Con: I’ve Seen These Movies Already!
That’s my personal complaint and why I have yet to see any of these films. I’ve seen them! They were better as cartoons. I’d watch them if there was more adaptation going on and less scene by scene remakes with just a few tweaks – again, as confirmed by people who have seen them.
I really can’t speak to their quality, but I’m not a fan of sitting down and watching a movie I’ve seen before, unless it is an ultimate favorite like Avengers: Infinity War or Mission: Impossible – Fallout. I loved these Disney classics as a kid, sure, but I’d rather see more original Disney content.
It’s not even about the effort of going to a theater. Even when they pop up on Netflix or eventually Disney+, I just don’t need to spend 2 hours watching Aladdin or The Lion King again. In fact, I’d rather watch the original animated films for some real nostalgia.
Pro: A Visual Update for Kids Who Missed The ‘90s And Expect CG
Though these movies make gangbusters for adults who grew up in the ‘90s, a lot of them are now taking their children to movies they loved when they were young.
To be fair, a classic animated film like The Lion King probably isn’t as appealing as seeing realistic CG animals for the kids of today. They grew up on CG animation galore, from Pixar to the current efforts of Disney Animation with Frozen, Zootopia, and Wreck-It Ralph… and even other studios like Illumination, Warner Bros. Animation, etc.
Maybe kids are film snobs and their current tastes in the technology creating these films is restricted to modern methods. So, maybe the best way to get them to sit through the stories we love is to take them to a live-action/CG blend that appears more modern to them.
Con: The Lion King Isn’t Even Live-Action!
Okay, so last week’s The Lion King trailer is the best I’ve seen for one of these “live-action” remakes. But… WHAT IS LIVE-ACTION ABOUT IT?
CG animals on sometimes real backdrops, but mostly CG backdrops because that mountain is also created in a computer? Is it a live-action remake at all? Or just a remake?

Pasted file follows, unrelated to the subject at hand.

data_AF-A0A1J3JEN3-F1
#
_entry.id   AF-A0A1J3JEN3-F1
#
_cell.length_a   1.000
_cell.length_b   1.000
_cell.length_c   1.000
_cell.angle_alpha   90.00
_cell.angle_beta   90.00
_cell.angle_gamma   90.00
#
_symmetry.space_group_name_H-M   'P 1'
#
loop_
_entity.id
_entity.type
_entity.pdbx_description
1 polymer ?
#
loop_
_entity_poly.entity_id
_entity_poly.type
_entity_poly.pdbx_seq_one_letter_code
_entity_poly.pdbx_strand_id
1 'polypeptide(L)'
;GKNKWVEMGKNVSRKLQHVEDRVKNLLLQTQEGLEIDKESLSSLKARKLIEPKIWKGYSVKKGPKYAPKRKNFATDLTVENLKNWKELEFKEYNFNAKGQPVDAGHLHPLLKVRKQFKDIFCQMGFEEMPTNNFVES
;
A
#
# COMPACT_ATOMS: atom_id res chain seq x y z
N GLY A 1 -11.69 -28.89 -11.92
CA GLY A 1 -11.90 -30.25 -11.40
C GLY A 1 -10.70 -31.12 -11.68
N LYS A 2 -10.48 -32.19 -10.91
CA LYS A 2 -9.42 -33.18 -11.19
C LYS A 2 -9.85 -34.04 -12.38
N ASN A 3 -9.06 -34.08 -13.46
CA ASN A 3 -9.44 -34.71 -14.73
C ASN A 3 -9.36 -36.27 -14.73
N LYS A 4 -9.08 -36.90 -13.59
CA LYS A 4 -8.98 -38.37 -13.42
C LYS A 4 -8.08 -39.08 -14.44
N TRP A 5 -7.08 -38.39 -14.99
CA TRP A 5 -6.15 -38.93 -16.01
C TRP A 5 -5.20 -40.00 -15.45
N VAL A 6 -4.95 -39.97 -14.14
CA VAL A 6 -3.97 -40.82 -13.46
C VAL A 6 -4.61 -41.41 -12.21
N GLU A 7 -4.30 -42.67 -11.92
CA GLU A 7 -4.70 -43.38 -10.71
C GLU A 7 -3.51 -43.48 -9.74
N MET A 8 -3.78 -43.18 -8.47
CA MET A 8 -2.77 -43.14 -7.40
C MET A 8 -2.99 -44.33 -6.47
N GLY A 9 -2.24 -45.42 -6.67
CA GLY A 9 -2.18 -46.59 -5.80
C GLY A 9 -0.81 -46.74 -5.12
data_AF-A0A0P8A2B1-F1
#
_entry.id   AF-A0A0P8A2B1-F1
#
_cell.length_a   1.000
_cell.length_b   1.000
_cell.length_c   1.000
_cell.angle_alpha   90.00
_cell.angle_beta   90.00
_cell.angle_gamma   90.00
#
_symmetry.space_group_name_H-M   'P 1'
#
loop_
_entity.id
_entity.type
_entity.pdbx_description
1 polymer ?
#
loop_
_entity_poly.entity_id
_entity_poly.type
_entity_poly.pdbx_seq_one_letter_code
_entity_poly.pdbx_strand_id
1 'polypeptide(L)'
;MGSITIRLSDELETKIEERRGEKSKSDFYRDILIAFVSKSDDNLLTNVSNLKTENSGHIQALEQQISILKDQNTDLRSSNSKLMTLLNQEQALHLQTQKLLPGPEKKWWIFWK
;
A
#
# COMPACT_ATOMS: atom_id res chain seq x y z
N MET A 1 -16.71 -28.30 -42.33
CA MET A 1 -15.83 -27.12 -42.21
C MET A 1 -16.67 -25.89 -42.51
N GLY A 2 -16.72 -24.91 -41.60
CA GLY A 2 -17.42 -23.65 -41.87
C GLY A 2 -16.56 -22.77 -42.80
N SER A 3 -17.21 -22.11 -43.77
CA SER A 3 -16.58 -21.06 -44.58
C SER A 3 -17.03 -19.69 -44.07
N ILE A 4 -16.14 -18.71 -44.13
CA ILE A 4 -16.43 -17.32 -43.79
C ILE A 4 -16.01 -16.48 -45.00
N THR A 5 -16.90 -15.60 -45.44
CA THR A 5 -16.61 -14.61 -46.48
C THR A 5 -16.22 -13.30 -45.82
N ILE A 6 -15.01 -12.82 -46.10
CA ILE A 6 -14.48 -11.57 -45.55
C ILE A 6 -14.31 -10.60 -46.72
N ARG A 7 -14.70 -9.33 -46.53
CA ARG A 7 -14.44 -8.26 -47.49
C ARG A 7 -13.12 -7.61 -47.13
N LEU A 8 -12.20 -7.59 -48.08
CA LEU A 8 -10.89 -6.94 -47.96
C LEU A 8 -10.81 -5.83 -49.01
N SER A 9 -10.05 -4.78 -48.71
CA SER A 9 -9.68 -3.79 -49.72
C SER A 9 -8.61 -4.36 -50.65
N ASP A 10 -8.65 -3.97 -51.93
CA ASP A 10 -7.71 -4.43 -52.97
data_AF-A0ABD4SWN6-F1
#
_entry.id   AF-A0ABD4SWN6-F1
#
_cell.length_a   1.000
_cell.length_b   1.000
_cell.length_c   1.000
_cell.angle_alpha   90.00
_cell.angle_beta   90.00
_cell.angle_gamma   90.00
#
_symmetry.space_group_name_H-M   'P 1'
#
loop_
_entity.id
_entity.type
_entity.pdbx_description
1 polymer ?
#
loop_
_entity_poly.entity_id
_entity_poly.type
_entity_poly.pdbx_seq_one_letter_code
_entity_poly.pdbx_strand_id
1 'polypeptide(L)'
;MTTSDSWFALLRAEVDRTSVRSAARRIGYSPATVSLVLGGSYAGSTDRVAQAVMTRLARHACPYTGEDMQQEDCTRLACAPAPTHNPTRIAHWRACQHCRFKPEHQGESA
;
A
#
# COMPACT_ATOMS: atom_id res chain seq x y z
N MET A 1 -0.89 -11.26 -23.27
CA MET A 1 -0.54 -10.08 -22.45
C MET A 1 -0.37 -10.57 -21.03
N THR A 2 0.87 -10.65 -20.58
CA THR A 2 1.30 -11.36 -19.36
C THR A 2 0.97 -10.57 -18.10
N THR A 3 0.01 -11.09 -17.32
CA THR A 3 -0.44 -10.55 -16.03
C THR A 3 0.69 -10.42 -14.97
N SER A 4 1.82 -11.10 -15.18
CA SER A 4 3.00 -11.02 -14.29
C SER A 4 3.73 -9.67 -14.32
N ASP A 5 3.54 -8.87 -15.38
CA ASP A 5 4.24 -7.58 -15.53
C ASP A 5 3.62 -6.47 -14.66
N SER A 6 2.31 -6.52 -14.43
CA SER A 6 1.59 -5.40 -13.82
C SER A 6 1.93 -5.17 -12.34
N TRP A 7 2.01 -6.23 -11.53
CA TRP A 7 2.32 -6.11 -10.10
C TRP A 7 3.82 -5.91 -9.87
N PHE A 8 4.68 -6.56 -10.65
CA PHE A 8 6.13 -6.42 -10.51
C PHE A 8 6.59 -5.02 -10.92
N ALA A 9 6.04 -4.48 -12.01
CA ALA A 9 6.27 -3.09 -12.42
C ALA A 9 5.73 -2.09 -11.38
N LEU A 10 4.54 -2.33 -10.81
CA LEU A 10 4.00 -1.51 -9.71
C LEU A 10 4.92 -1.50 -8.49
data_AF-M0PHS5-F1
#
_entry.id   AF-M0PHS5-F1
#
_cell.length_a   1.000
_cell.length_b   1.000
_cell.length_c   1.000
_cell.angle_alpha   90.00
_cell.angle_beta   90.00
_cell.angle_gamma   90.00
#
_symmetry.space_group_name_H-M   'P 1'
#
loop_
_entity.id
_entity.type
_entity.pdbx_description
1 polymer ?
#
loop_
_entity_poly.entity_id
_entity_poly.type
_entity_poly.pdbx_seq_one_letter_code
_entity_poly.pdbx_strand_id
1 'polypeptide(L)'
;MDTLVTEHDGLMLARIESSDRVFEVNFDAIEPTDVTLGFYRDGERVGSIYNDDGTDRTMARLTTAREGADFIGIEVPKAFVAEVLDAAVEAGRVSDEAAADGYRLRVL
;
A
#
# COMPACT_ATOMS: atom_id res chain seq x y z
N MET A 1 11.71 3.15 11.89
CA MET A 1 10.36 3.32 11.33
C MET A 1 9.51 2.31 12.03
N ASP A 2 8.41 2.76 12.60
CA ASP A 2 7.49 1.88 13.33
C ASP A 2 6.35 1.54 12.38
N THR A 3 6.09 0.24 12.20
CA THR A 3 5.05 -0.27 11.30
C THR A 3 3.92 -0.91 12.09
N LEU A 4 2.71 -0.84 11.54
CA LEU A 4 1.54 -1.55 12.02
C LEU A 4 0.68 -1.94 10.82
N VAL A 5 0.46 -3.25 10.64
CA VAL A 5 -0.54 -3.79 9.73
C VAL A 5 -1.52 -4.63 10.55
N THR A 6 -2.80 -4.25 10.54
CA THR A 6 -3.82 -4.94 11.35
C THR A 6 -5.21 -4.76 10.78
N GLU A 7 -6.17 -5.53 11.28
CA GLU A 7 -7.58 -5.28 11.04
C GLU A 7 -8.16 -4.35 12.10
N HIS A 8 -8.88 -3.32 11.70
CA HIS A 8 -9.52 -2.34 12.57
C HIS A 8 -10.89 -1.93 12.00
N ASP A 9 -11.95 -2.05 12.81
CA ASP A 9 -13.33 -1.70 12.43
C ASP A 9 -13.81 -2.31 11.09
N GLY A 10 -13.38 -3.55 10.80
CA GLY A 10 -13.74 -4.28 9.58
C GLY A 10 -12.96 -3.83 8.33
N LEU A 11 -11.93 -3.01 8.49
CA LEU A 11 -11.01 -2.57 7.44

There are no human actors in it, which is the main difference between Lion King and the same director’s Jungle Book.
Again, I guess kids would rather see realistic 3D modeled lions instead of hand-drawn animation. But look at images from that trailer side-by-side with the original film! The animated Simba cub is far more adorable than the realistic looking one. Just sayin’!
Pro: Actors Are More Emotive Than Cartoons
Okay, here’s the major benefit of a live-action remake, again, one that Lion King will not have.
Actors can emote better than cartoons drawn in the ‘90s or decades prior. Is Emma Watson in Beauty and the Beast more empathetic because she is a real flesh and blood human? Likely.
Not to discredit voice actors or animators, but there really is a difference between the marriage of voice and animation and an actor performing everything. In this way, the films can be better, more emotional, etc. That’s the biggest benefit I see from these live-action remakes.
But again… where is the live-action benefit of Lion King?
The world may never know…
Well, I may still hate the idea, and am saddened about the sheer volume of unimaginative live-action remakes Disney is producing, but now I better understand why they work for some people. As, based on Box Office gross alone, these films have worked out perfectly for Disney, and most audiences are satisfied with the final product.
So, who am I to judge? They may not be for me, but go have a fun time at the movies, if that’s your thing.